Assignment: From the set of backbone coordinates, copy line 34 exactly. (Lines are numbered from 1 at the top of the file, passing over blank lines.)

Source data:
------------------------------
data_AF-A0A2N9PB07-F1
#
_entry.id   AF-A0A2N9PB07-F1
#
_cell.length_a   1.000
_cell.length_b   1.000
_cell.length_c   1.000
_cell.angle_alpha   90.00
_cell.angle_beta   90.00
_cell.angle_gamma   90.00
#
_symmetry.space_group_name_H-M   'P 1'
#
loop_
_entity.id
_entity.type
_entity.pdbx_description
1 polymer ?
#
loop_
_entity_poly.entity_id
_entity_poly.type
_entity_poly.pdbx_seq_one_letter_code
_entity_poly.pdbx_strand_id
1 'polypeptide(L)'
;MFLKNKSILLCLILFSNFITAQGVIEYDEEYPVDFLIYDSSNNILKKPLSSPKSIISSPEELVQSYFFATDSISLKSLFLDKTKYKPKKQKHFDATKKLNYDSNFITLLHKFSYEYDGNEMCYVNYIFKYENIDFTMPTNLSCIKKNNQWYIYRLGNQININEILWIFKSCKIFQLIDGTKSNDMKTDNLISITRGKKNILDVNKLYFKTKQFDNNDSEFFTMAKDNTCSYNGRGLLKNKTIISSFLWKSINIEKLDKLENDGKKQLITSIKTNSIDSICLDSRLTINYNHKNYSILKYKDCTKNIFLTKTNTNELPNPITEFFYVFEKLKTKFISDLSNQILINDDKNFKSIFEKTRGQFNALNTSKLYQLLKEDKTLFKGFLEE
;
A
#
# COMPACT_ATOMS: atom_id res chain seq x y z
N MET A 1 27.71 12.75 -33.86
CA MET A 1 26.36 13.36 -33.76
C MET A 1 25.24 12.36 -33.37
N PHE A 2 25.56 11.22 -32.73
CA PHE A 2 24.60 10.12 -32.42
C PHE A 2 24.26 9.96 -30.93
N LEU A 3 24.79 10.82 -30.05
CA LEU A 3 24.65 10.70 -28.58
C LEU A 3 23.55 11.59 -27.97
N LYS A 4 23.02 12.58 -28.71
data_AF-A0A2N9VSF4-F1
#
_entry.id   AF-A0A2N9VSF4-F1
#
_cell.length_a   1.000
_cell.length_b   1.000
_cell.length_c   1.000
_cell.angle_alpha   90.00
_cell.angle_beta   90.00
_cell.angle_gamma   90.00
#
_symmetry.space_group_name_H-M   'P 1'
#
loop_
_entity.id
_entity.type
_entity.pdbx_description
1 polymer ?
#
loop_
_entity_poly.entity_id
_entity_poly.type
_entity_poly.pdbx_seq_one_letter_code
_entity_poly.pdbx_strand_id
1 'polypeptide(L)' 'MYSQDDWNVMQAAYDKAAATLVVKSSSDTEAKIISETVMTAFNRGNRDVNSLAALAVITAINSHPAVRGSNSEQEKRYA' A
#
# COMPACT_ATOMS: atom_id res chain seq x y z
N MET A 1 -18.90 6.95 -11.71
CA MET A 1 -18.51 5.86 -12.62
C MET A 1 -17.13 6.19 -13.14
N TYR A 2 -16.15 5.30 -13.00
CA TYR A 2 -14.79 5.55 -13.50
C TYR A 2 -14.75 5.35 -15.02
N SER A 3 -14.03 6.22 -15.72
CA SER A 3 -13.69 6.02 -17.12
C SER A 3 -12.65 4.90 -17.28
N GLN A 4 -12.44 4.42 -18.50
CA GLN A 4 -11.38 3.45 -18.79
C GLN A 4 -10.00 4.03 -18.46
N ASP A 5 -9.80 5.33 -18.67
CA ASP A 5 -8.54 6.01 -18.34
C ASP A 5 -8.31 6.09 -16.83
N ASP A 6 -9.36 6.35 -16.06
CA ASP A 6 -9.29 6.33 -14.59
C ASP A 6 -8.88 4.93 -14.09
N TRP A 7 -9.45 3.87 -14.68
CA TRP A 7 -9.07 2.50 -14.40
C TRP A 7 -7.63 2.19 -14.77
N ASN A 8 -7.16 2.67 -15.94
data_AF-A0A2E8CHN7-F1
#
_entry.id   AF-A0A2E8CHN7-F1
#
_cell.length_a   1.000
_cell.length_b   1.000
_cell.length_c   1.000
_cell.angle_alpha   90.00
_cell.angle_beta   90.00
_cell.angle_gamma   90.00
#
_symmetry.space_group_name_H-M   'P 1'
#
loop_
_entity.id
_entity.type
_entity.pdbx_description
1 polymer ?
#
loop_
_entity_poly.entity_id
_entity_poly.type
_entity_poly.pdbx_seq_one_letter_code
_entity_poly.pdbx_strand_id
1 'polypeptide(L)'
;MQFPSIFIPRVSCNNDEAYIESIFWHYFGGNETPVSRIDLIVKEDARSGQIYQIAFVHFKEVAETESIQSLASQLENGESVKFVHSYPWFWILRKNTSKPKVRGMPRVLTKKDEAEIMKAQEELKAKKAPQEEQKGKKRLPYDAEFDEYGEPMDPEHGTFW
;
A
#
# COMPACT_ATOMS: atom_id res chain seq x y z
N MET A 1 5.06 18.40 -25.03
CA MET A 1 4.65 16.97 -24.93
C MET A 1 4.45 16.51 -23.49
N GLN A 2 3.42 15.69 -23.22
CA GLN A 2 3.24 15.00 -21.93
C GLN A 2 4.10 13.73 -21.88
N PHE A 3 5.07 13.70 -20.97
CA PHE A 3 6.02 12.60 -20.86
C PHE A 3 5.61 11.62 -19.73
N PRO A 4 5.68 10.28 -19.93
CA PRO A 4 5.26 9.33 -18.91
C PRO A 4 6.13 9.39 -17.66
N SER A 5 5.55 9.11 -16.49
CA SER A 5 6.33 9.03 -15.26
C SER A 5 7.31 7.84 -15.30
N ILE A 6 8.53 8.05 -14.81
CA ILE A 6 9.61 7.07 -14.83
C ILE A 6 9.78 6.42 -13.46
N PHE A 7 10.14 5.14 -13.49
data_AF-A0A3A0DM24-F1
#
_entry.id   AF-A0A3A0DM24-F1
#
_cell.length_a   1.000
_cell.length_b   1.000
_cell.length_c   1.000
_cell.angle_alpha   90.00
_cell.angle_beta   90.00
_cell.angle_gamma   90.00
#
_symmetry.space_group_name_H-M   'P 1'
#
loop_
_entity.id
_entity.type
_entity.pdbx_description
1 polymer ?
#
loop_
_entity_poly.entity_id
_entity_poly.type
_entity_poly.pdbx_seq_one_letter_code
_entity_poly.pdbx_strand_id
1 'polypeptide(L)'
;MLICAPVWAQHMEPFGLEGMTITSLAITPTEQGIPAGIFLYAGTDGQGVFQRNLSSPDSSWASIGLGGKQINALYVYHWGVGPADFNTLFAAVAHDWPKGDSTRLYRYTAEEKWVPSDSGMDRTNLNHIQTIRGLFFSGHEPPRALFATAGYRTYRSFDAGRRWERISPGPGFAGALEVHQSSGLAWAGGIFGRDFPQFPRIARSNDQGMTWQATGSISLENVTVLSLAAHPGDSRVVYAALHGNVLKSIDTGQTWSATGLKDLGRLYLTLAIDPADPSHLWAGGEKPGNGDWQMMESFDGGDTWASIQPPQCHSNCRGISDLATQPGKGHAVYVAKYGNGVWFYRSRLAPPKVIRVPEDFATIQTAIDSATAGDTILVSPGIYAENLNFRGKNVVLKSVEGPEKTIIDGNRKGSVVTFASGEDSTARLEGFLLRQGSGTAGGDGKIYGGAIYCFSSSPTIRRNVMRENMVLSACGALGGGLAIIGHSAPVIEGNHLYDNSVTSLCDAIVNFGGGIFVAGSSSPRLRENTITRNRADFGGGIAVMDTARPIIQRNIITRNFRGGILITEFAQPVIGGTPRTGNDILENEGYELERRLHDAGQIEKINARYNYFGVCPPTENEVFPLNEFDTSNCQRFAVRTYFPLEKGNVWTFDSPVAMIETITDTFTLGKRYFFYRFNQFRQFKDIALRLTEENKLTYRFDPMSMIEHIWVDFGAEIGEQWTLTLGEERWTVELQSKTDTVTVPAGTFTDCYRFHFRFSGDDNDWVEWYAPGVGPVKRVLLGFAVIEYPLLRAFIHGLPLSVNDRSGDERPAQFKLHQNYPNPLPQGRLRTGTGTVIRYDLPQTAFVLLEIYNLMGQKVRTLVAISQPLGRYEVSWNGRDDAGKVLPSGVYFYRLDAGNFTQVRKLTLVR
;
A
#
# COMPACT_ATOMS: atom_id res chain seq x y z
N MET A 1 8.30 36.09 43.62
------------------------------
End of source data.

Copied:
N PHE A 2 25.56 11.22 -32.73